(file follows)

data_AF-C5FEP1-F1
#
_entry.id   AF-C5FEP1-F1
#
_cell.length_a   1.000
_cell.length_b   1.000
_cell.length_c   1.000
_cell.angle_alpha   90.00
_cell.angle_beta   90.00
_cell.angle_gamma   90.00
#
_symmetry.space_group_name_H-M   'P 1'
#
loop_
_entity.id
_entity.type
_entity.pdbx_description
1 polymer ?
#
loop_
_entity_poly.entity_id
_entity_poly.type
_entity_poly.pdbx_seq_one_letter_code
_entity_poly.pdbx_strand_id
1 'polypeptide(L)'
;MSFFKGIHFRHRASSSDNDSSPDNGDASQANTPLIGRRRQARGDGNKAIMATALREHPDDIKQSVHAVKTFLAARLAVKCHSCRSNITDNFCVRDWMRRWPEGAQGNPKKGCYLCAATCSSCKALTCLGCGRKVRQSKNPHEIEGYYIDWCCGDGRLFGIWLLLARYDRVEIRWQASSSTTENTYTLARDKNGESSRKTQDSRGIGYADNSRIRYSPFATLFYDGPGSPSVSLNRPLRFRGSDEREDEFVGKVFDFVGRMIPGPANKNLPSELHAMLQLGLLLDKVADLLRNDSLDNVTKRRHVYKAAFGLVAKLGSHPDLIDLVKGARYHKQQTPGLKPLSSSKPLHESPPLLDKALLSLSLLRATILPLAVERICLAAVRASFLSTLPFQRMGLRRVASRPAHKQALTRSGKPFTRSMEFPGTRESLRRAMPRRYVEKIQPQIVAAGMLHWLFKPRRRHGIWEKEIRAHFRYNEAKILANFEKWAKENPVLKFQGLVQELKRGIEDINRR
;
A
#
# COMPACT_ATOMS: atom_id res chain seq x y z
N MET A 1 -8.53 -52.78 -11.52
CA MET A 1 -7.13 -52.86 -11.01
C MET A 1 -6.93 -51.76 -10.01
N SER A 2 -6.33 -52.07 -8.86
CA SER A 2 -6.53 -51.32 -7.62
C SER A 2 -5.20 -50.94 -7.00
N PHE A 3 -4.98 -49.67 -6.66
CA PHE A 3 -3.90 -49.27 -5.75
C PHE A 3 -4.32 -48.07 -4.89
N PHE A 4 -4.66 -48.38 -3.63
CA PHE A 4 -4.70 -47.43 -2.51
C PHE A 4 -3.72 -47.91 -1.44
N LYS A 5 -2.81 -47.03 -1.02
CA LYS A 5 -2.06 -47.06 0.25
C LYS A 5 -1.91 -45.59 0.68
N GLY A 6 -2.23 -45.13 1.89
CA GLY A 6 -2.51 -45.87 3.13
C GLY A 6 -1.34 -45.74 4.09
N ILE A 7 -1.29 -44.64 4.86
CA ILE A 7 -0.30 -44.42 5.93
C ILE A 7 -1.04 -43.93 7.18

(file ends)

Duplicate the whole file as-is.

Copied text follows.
data_AF-C5FEP1-F1
#
_entry.id   AF-C5FEP1-F1
#
_cell.length_a   1.000
_cell.length_b   1.000
_cell.length_c   1.000
_cell.angle_alpha   90.00
_cell.angle_beta   90.00
_cell.angle_gamma   90.00
#
_symmetry.space_group_name_H-M   'P 1'
#
loop_
_entity.id
_entity.type
_entity.pdbx_description
1 polymer ?
#
loop_
_entity_poly.entity_id
_entity_poly.type
_entity_poly.pdbx_seq_one_letter_code
_entity_poly.pdbx_strand_id
1 'polypeptide(L)'
;MSFFKGIHFRHRASSSDNDSSPDNGDASQANTPLIGRRRQARGDGNKAIMATALREHPDDIKQSVHAVKTFLAARLAVKCHSCRSNITDNFCVRDWMRRWPEGAQGNPKKGCYLCAATCSSCKALTCLGCGRKVRQSKNPHEIEGYYIDWCCGDGRLFGIWLLLARYDRVEIRWQASSSTTENTYTLARDKNGESSRKTQDSRGIGYADNSRIRYSPFATLFYDGPGSPSVSLNRPLRFRGSDEREDEFVGKVFDFVGRMIPGPANKNLPSELHAMLQLGLLLDKVADLLRNDSLDNVTKRRHVYKAAFGLVAKLGSHPDLIDLVKGARYHKQQTPGLKPLSSSKPLHESPPLLDKALLSLSLLRATILPLAVERICLAAVRASFLSTLPFQRMGLRRVASRPAHKQALTRSGKPFTRSMEFPGTRESLRRAMPRRYVEKIQPQIVAAGMLHWLFKPRRRHGIWEKEIRAHFRYNEAKILANFEKWAKENPVLKFQGLVQELKRGIEDINRR
;
A
#
# COMPACT_ATOMS: atom_id res chain seq x y z
N MET A 1 -8.53 -52.78 -11.52
CA MET A 1 -7.13 -52.86 -11.01
C MET A 1 -6.93 -51.76 -10.01
N SER A 2 -6.33 -52.07 -8.86
CA SER A 2 -6.53 -51.32 -7.62
C SER A 2 -5.20 -50.94 -7.00
N PHE A 3 -4.98 -49.67 -6.66
CA PHE A 3 -3.90 -49.27 -5.75
C PHE A 3 -4.32 -48.07 -4.89
N PHE A 4 -4.66 -48.38 -3.63
CA PHE A 4 -4.70 -47.43 -2.51
C PHE A 4 -3.72 -47.91 -1.44
N LYS A 5 -2.81 -47.03 -1.02
CA LYS A 5 -2.06 -47.06 0.25
C LYS A 5 -1.91 -45.59 0.68
N GLY A 6 -2.23 -45.13 1.89
CA GLY A 6 -2.51 -45.87 3.13
C GLY A 6 -1.34 -45.74 4.09
N ILE A 7 -1.29 -44.64 4.86
CA ILE A 7 -0.30 -44.42 5.93
C ILE A 7 -1.04 -43.93 7.18